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Firm-Size and Inter-Hierarchy Wage Dispersion in Shanghai

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  • Vinod Mishra
  • Russell Smyth
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    Abstract

    For a sample of Shanghai firms, we find that while larger firms pay lower wages, managers in larger firms still receive higher wages. There are two reasons for this result. The wage gap between managers and non-managers is positively correlated with firm size and larger firms have a lower percentage of middle and high-level managers than small firms.

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    File URL: http://www.buseco.monash.edu.au/units/dru/papers/working-papers-10/1001firmsizemishrasmyth.pdf
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    Bibliographic Info

    Paper provided by Monash University, Department of Economics in its series Development Research Unit Working Paper Series with number 01-10.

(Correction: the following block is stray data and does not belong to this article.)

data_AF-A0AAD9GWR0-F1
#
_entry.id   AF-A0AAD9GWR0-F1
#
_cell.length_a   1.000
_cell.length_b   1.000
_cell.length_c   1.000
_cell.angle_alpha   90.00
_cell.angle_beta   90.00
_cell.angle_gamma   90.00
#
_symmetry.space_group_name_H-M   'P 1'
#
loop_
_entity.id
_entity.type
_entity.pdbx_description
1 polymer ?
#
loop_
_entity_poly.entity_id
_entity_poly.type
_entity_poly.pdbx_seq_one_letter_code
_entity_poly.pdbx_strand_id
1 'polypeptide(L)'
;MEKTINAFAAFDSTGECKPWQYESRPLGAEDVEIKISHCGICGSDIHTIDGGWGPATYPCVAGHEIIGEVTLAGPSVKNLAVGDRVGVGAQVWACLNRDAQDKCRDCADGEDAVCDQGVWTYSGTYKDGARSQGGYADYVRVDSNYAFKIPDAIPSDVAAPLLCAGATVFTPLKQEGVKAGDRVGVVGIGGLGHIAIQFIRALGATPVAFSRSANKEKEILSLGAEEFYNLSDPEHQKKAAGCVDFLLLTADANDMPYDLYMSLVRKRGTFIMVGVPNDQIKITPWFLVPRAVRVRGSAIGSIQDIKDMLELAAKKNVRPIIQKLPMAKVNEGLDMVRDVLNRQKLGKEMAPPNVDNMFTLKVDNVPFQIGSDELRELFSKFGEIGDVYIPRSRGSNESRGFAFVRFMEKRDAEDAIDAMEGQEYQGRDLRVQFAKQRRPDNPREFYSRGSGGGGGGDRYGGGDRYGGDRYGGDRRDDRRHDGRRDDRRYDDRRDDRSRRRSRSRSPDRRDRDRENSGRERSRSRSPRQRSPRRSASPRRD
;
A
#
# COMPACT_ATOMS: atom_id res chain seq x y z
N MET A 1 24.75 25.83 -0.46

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    Length: 9 pages
    Date of creation: May 2010
    Date of revision:
    Handle: RePEc:mos:moswps:2010-01

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    Postal: Department of Economics, Monash University, Victoria 3800, Australia
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    Related research

    Keywords: Firm size; hierarchy; wages;

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    References

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    1. Jakob Madsen, 2008. "Semi-endogenous versus Schumpeterian growth models: testing the knowledge production function using international data," Journal of Economic Growth, Springer, vol. 13(1), pages 1-26, March.
    2. "Jakob B." "Madsen", 2008. "Economic Growth, TFP Convergence and the World Export of Ideas: A Century of Evidence," Scandinavian Journal of Economics, Wiley Blackwell, vol. 110(1), pages 145-167, 03.
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    Cited by:
    1. Jakob B. Madsen & James B. Ang & Rajabrata Banerjee, 2010. "Four Centuries of British Economic Growth: The Roles of Technology and Population," CAMA Working Papers 2010-18, Centre for Applied Macroeconomic Analysis, Crawford School of Public Policy, The Australian National University.

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